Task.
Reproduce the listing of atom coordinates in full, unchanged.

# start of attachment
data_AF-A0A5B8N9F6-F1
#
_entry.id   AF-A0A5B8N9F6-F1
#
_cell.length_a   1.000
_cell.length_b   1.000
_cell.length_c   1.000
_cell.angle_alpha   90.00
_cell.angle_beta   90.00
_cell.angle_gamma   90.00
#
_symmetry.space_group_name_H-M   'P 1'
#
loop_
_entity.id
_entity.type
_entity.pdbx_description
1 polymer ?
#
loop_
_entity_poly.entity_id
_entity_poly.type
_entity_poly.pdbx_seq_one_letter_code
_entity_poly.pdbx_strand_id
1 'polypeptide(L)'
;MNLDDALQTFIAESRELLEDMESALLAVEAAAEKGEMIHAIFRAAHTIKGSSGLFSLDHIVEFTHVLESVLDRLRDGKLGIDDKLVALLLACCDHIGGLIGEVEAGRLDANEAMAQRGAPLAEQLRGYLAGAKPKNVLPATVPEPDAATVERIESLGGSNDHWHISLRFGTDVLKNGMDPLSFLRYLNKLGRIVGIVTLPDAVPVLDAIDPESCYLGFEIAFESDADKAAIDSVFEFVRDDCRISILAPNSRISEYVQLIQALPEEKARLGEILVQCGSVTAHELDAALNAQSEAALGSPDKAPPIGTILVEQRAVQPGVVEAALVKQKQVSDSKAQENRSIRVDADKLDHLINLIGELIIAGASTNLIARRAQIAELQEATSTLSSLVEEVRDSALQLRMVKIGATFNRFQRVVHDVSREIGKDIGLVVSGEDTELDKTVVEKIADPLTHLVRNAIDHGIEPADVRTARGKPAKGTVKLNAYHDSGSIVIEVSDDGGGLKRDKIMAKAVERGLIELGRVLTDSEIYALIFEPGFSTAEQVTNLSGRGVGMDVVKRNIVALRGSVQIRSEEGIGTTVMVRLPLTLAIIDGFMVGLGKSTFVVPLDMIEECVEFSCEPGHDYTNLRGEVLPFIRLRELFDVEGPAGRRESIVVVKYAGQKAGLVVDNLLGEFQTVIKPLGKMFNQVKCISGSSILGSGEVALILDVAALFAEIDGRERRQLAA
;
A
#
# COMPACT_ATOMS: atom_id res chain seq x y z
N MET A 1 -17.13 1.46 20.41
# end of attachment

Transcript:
data_AF-A0A5B8N9F6-F1
#
_entry.id   AF-A0A5B8N9F6-F1
#
_cell.length_a   1.000
_cell.length_b   1.000
_cell.length_c   1.000
_cell.angle_alpha   90.00
_cell.angle_beta   90.00
_cell.angle_gamma   90.00
#
_symmetry.space_group_name_H-M   'P 1'
#
loop_
_entity.id
_entity.type
_entity.pdbx_description
1 polymer ?
#
loop_
_entity_poly.entity_id
_entity_poly.type
_entity_poly.pdbx_seq_one_letter_code
_entity_poly.pdbx_strand_id
1 'polypeptide(L)'
;MNLDDALQTFIAESRELLEDMESALLAVEAAAEKGEMIHAIFRAAHTIKGSSGLFSLDHIVEFTHVLESVLDRLRDGKLGIDDKLVALLLACCDHIGGLIGEVEAGRLDANEAMAQRGAPLAEQLRGYLAGAKPKNVLPATVPEPDAATVERIESLGGSNDHWHISLRFGTDVLKNGMDPLSFLRYLNKLGRIVGIVTLPDAVPVLDAIDPESCYLGFEIAFESDADKAAIDSVFEFVRDDCRISILAPNSRISEYVQLIQALPEEKARLGEILVQCGSVTAHELDAALNAQSEAALGSPDKAPPIGTILVEQRAVQPGVVEAALVKQKQVSDSKAQENRSIRVDADKLDHLINLIGELIIAGASTNLIARRAQIAELQEATSTLSSLVEEVRDSALQLRMVKIGATFNRFQRVVHDVSREIGKDIGLVVSGEDTELDKTVVEKIADPLTHLVRNAIDHGIEPADVRTARGKPAKGTVKLNAYHDSGSIVIEVSDDGGGLKRDKIMAKAVERGLIELGRVLTDSEIYALIFEPGFSTAEQVTNLSGRGVGMDVVKRNIVALRGSVQIRSEEGIGTTVMVRLPLTLAIIDGFMVGLGKSTFVVPLDMIEECVEFSCEPGHDYTNLRGEVLPFIRLRELFDVEGPAGRRESIVVVKYAGQKAGLVVDNLLGEFQTVIKPLGKMFNQVKCISGSSILGSGEVALILDVAALFAEIDGRERRQLAA
;
A
#
# COMPACT_ATOMS: atom_id res chain seq x y z
N MET A 1 -17.13 1.46 20.41